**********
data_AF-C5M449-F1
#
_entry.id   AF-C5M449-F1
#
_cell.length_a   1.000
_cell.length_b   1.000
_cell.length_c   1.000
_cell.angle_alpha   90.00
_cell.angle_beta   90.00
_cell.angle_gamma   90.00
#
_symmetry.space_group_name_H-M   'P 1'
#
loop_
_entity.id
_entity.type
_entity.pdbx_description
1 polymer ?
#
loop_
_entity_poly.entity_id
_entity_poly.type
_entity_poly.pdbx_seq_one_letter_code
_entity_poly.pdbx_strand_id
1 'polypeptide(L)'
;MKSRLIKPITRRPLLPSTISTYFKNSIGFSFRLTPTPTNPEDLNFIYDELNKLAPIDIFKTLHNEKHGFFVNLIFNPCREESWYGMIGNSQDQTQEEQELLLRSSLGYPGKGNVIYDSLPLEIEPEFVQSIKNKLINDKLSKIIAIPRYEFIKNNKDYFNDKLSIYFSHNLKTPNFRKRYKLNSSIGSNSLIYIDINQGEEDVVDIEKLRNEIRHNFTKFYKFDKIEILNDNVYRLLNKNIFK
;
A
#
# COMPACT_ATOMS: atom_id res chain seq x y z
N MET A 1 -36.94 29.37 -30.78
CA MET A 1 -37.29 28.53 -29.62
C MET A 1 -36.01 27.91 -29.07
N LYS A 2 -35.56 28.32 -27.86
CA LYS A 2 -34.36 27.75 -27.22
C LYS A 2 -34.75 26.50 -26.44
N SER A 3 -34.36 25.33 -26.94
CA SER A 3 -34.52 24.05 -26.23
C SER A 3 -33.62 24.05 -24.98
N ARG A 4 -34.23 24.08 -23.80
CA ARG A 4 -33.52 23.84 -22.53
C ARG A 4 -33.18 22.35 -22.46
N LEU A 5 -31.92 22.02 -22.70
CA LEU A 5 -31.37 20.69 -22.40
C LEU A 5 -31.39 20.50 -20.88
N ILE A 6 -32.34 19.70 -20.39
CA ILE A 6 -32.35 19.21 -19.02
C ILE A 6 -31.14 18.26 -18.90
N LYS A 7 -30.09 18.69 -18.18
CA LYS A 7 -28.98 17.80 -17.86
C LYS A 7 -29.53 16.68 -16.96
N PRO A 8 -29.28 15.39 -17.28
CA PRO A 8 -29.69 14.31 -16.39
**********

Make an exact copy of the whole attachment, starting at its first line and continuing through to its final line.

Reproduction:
data_AF-C5M449-F1
#
_entry.id   AF-C5M449-F1
#
_cell.length_a   1.000
_cell.length_b   1.000
_cell.length_c   1.000
_cell.angle_alpha   90.00
_cell.angle_beta   90.00
_cell.angle_gamma   90.00
#
_symmetry.space_group_name_H-M   'P 1'
#
loop_
_entity.id
_entity.type
_entity.pdbx_description
1 polymer ?
#
loop_
_entity_poly.entity_id
_entity_poly.type
_entity_poly.pdbx_seq_one_letter_code
_entity_poly.pdbx_strand_id
1 'polypeptide(L)'
;MKSRLIKPITRRPLLPSTISTYFKNSIGFSFRLTPTPTNPEDLNFIYDELNKLAPIDIFKTLHNEKHGFFVNLIFNPCREESWYGMIGNSQDQTQEEQELLLRSSLGYPGKGNVIYDSLPLEIEPEFVQSIKNKLINDKLSKIIAIPRYEFIKNNKDYFNDKLSIYFSHNLKTPNFRKRYKLNSSIGSNSLIYIDINQGEEDVVDIEKLRNEIRHNFTKFYKFDKIEILNDNVYRLLNKNIFK
;
A
#
# COMPACT_ATOMS: atom_id res chain seq x y z
N MET A 1 -36.94 29.37 -30.78
CA MET A 1 -37.29 28.53 -29.62
C MET A 1 -36.01 27.91 -29.07
N LYS A 2 -35.56 28.32 -27.86
CA LYS A 2 -34.36 27.75 -27.22
C LYS A 2 -34.75 26.50 -26.44
N SER A 3 -34.36 25.33 -26.94
CA SER A 3 -34.52 24.05 -26.23
C SER A 3 -33.62 24.05 -24.98
N ARG A 4 -34.23 24.08 -23.80
CA ARG A 4 -33.52 23.84 -22.53
C ARG A 4 -33.18 22.35 -22.46
N LEU A 5 -31.92 22.02 -22.70
CA LEU A 5 -31.37 20.69 -22.40
C LEU A 5 -31.39 20.50 -20.88
N ILE A 6 -32.34 19.70 -20.39
CA ILE A 6 -32.35 19.21 -19.02
C ILE A 6 -31.14 18.26 -18.90
N LYS A 7 -30.09 18.69 -18.18
CA LYS A 7 -28.98 17.80 -17.86
C LYS A 7 -29.53 16.68 -16.96
N PRO A 8 -29.28 15.39 -17.28
CA PRO A 8 -29.69 14.31 -16.39